Updated: Jul 31, 2021
From writing to editing to publishing...
I'm frequently asked about the process of writing a novel. Whether it's during book club meetings or through emails, readers are curious about how a story progresses from concept to manuscript, and from manuscript to a published novel that sits on the shelves of our favorite bookstores. Since I’ve just wrapped up my sixth novel, Twenty Years Later, I figured now would be a good time to describe the process of bookmaking. Now, while the struggle of writing a coherent manuscript is still fresh in my mind. Now, while the joys of hearing that my agent and editor love the story are still tangible. Now, while the skies are clear, the horizon is bright, and I’m able to take a deep breath and relax before I do it all again. Because soon I’ll be back in the trenches, fighting self-doubt and feelings of inadequacy that always hound me as I conjure up a new idea for my next book, and then attempt to write the damn thing.
So, here are the steps my stories go through...
Outlining The Damn Thing
When I sit down to “write” a new novel, not much writing happens. I’m not the type of writer who stumbles across an idea and then sits at a computer and blindly types away hoping all the elements of the story come together to form a coherent narrative. Bestselling author Mary Kubica let me know that this type of writer is called a “pantser,” as in writing from the seat of her pants. I am simply not smart enough for that. The one time I tried it, it led to lots of rewriting and frustration when I got stuck in the middle. When I finally figured a way out of the mess I’d written myself into, it caused a domino effect that forced me to go back to the beginning to fix all the things that were broken about the story.
So, a pantser I’m not. In order for me to have a productive day of writing, I need to know what I will be writing that day, or at least have some idea about it. Those ideas come from outlining.
For me, outlining involves coming up with an idea and then attaching a protagonist to that idea. Sometimes I do that in the opposite order—create a badass protagonist, and then think of a story around her. Either way, the key for me is to start in the middle. I start my outline at the crux of the story, focusing on the main conflict the protagonist will need to overcome. This is usually the mystery the protagonist will try to solve. Then, around this nucleus, I build a story.
Outlining carries a connotation that it’s less spontaneous than simply writing the story as it comes to you. I disagree, and all writers who outline will tell you that these road maps never contain every detail the book will cover. Outlines don’t have to include every character, every twist, every surprise, every conflict, or every resolution. Many of those things come spontaneously during the writing process. But a good outline, especially one that includes at least an idea about the manuscript’s ending, will act as a beacon in the night always guiding the writer toward the finish line. Without it, there's too great a chance that I will wander off into the abyss.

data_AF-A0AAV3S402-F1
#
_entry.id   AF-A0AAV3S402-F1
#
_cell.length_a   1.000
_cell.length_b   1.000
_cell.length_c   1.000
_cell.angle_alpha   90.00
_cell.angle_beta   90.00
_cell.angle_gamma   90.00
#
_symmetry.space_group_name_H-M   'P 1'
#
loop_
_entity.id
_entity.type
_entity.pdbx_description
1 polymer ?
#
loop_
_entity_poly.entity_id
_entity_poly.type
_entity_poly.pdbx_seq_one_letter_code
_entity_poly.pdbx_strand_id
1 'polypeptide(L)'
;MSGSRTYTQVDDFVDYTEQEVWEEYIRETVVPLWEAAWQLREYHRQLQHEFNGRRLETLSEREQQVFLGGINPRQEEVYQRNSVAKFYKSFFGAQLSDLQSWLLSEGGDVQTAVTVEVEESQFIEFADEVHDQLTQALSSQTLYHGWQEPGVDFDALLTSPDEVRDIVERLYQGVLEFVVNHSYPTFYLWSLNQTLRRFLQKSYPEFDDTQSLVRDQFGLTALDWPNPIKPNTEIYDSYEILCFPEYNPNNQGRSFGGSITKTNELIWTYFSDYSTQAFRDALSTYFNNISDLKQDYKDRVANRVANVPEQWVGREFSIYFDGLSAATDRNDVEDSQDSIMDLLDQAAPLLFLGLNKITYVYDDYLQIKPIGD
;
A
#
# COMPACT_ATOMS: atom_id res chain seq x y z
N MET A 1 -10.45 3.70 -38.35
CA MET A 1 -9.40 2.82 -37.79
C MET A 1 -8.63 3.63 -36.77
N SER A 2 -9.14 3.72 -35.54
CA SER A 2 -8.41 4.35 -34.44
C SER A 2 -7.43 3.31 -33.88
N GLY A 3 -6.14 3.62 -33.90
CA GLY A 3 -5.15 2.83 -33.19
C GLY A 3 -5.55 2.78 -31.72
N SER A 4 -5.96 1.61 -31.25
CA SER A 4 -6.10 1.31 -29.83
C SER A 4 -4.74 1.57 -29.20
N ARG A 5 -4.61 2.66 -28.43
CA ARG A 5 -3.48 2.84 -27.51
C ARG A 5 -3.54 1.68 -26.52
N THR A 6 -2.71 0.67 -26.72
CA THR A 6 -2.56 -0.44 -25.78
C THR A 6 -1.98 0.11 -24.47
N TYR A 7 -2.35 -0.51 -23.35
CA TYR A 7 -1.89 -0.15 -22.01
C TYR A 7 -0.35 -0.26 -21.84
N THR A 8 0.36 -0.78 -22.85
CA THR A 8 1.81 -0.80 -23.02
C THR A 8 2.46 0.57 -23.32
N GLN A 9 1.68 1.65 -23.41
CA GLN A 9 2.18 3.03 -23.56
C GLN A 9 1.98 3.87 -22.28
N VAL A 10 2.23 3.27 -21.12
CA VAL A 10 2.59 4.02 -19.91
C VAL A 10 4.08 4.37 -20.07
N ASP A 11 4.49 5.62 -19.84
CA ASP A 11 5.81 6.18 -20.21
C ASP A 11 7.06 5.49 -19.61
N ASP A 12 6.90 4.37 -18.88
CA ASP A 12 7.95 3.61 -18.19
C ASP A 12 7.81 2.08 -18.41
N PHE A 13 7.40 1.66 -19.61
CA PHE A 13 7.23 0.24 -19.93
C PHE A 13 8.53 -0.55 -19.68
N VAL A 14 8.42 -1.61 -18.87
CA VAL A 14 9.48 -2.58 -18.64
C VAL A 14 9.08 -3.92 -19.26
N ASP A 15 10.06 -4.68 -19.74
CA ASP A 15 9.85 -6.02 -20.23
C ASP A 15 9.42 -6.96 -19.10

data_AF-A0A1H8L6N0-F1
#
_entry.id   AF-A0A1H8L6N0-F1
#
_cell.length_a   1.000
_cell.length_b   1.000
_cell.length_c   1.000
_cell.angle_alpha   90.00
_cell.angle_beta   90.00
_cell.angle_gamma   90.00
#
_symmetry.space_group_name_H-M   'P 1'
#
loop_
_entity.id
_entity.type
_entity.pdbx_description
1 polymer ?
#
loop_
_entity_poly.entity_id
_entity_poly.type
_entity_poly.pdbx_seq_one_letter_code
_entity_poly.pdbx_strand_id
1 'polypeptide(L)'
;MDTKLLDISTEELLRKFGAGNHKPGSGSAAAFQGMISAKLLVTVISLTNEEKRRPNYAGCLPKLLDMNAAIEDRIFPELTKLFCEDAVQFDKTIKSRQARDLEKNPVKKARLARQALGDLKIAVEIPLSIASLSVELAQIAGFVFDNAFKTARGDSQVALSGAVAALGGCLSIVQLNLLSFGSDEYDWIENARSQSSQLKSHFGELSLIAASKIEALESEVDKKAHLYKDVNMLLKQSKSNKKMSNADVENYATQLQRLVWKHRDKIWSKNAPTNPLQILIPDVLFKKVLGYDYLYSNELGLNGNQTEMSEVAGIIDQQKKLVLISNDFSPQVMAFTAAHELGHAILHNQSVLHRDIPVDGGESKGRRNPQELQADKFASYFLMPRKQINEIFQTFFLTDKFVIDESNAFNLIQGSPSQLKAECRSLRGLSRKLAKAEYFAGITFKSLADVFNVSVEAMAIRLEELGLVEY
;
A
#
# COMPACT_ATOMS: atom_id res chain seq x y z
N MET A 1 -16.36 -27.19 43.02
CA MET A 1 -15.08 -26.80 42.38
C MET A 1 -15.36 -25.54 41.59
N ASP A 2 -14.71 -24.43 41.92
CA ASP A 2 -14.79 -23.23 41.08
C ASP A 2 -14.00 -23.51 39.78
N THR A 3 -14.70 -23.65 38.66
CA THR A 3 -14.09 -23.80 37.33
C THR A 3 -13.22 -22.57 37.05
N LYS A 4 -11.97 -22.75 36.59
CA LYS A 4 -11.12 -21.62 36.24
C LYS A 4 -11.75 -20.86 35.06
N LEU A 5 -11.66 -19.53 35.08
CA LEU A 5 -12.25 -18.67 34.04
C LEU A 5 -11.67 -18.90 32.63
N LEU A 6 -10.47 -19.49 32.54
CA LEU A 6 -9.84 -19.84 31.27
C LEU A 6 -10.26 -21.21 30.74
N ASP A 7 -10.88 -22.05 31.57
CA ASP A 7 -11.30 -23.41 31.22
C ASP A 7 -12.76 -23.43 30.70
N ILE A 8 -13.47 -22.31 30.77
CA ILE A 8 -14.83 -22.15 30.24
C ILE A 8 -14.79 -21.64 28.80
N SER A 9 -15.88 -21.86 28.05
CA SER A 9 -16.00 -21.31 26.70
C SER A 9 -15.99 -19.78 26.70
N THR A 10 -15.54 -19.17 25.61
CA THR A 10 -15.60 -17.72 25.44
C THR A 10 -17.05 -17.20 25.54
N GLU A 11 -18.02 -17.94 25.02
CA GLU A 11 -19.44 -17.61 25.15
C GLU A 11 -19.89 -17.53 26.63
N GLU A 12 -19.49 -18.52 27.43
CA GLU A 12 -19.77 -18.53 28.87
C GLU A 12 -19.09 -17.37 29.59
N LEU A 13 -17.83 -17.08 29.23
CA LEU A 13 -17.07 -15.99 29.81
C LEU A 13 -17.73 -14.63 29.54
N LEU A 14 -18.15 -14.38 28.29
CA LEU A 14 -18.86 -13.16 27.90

Filmmaker and author Quentin Tarantino says, for him, an outline is only relevant for the first forty to sixty percent of the novel. By the time a writer gets that far into the story, they know so much more about the characters and the plot that the characters take the story the rest of the way home.
The bottom line is that writing is hard. It's harder when staring at a blank page with no idea about what happens next. It's easier when staring at a blank page with some sort of idea about what happens next.
As an example of outlining, I’ll use my fist novel, Summit Lake. The story centered around the death of a first year law school student who was murdered while she studied alone at her family’s lake house. That was the crux of the story—an unspeakable murder in a small mountain town. How she was killed, and Who killed her were details I teased out during the outlining process. I knew I wanted an outsider to solve the case. That outsider became a newspaper reporter named Kelsey Castle, who (I learned as I was developing her character) had personal issues with trauma that she was trying to overcome. Her assignment to cover the small town murder up in the mountain town of Summit Lake ended up being the perfect assignment to get her out of her funk. Then there was the girl who was killed—Becca Eckersley. Becca needed secrets that Kelsey could discover on her way to figuring out who killed her. These secrets were not obvious to me at first. It took some serious outlining and plotting and re-working of the story before I figured out that Becca’s secrets had to do with her closest friends and lovers. Even though I didn't have every one of Becca's secrets fully worked out, or every detail about her death straight and organized, I still felt I had enough ammunition to start writing. And that's all an outline is for––to get the author in a position to start writing.
THIS WAS THE FIRST IN A 4-PART ARTICLE WRITTEN FOR MY PUBLISHER. STAY TUNED NEXT WEEK FOR PART II: WRITING THE DAMN THING...
Charlie Donlea is the #1 internationally bestselling author of Summit Lake, The Girl Who Was Taken, Don't Believe It, Some Choose Darkness, The Suicide House and Twenty Years Later. Praised for his "soaring pace, teasing plot twists" (BookPage) and talent for writing an ending that "makes your jaw drop" (The New York Times Book Review), Donlea has been called a "bold new writer...on his way to becoming a major figure in the world of suspense" (Publishers Weekly). A late bloomer, he was twenty years old when he read his first novel––THE FIRM by John Grisham––and knew he would someday write thrillers. His books have now been translated into more than a dozen languages across nearly thirty countries.
He was born and raised in Chicago, where he continues to live with his wife and two children.